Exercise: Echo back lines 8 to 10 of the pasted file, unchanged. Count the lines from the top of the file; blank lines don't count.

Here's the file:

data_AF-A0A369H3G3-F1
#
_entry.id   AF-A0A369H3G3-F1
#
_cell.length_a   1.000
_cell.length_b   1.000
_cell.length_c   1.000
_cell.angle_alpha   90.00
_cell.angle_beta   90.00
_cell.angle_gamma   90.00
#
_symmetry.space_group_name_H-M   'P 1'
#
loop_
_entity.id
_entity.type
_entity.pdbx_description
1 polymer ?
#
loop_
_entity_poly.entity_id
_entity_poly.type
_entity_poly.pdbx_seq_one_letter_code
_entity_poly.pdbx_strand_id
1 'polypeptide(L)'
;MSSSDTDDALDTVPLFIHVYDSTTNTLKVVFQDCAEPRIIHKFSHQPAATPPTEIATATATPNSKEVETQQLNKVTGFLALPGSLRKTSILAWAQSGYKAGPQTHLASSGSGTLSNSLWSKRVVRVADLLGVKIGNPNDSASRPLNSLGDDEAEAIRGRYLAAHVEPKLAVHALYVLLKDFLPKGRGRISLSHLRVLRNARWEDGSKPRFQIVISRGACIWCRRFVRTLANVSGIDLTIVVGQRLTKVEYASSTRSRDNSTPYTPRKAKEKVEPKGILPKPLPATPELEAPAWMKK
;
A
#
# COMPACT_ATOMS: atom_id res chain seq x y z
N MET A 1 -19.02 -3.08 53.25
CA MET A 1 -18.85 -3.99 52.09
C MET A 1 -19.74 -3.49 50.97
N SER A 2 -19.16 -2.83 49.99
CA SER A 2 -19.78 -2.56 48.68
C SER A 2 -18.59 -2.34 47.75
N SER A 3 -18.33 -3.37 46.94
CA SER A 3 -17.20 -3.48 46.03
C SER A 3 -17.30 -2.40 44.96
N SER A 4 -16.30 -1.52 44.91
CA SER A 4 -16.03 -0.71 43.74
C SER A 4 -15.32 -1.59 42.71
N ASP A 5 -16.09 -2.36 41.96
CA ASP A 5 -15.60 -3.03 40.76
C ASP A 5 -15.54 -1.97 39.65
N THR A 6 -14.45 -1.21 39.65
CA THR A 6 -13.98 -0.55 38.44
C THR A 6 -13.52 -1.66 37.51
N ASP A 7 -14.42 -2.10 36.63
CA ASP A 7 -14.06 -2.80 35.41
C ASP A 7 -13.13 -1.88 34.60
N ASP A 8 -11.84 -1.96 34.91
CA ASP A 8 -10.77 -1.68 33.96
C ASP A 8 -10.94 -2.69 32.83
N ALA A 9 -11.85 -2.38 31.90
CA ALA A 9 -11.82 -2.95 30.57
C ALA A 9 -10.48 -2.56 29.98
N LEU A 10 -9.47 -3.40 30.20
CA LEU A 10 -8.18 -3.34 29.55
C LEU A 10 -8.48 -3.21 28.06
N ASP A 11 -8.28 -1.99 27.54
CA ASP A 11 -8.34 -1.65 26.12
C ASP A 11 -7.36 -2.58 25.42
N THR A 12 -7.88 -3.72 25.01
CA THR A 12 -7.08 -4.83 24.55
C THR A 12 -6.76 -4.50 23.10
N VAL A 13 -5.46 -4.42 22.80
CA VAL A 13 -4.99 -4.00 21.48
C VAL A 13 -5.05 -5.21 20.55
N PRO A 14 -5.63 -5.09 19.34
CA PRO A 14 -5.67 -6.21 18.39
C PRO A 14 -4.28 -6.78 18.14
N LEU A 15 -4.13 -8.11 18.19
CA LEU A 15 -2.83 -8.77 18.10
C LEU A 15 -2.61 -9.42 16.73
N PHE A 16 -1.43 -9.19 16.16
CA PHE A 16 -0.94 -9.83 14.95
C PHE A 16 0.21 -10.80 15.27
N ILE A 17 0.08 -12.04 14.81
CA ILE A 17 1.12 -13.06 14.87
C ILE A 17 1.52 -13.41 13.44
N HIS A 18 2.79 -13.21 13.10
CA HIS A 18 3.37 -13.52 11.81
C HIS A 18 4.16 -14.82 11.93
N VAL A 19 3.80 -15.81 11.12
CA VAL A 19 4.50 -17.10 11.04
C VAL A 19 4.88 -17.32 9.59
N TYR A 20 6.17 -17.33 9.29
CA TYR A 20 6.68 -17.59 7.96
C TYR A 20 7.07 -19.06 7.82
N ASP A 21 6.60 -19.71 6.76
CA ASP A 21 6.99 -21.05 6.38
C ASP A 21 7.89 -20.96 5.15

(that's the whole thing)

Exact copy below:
_cell.angle_alpha   90.00
_cell.angle_beta   90.00
_cell.angle_gamma   90.00